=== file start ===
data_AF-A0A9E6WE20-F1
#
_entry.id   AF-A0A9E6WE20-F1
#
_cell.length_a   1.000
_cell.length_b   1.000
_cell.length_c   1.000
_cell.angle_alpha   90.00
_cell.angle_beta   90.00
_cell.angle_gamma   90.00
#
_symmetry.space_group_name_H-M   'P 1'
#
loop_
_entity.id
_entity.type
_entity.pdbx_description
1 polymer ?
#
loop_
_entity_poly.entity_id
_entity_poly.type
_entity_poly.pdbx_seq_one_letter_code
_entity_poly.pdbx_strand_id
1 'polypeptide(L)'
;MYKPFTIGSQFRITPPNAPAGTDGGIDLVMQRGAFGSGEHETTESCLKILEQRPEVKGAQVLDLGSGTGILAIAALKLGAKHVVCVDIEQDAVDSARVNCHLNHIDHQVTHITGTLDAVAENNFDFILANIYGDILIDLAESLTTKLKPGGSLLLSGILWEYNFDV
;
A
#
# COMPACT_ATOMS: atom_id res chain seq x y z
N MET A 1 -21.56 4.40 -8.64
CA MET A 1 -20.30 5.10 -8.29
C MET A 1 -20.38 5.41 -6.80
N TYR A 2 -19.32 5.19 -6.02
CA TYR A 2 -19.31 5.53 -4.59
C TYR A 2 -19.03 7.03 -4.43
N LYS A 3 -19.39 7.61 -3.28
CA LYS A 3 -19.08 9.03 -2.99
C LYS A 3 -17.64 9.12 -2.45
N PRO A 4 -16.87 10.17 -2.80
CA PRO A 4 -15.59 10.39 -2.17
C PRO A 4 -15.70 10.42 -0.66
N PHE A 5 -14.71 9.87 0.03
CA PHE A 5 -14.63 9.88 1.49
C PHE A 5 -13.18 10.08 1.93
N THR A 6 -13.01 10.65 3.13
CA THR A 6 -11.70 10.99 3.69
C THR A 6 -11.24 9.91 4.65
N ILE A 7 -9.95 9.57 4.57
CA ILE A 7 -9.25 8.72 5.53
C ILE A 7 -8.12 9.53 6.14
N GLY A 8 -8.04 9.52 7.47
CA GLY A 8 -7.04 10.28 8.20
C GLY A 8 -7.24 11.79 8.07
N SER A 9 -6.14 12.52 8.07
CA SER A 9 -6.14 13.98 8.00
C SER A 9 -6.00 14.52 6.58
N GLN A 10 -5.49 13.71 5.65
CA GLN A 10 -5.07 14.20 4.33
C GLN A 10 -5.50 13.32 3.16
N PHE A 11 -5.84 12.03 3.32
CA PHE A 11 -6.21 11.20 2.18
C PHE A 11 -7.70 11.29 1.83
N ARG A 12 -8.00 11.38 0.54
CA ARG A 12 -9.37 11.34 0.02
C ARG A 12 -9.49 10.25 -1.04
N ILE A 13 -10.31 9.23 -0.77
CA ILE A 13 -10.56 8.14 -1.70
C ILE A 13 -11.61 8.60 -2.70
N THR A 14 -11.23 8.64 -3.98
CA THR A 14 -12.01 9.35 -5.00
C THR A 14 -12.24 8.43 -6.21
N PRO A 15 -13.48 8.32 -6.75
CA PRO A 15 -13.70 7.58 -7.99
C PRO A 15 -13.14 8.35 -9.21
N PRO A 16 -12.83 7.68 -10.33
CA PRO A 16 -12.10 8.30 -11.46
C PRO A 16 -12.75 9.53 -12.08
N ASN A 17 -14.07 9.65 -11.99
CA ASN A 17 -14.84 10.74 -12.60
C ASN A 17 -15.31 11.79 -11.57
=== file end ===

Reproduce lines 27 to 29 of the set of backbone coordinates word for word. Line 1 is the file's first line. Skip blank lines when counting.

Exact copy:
;
A
#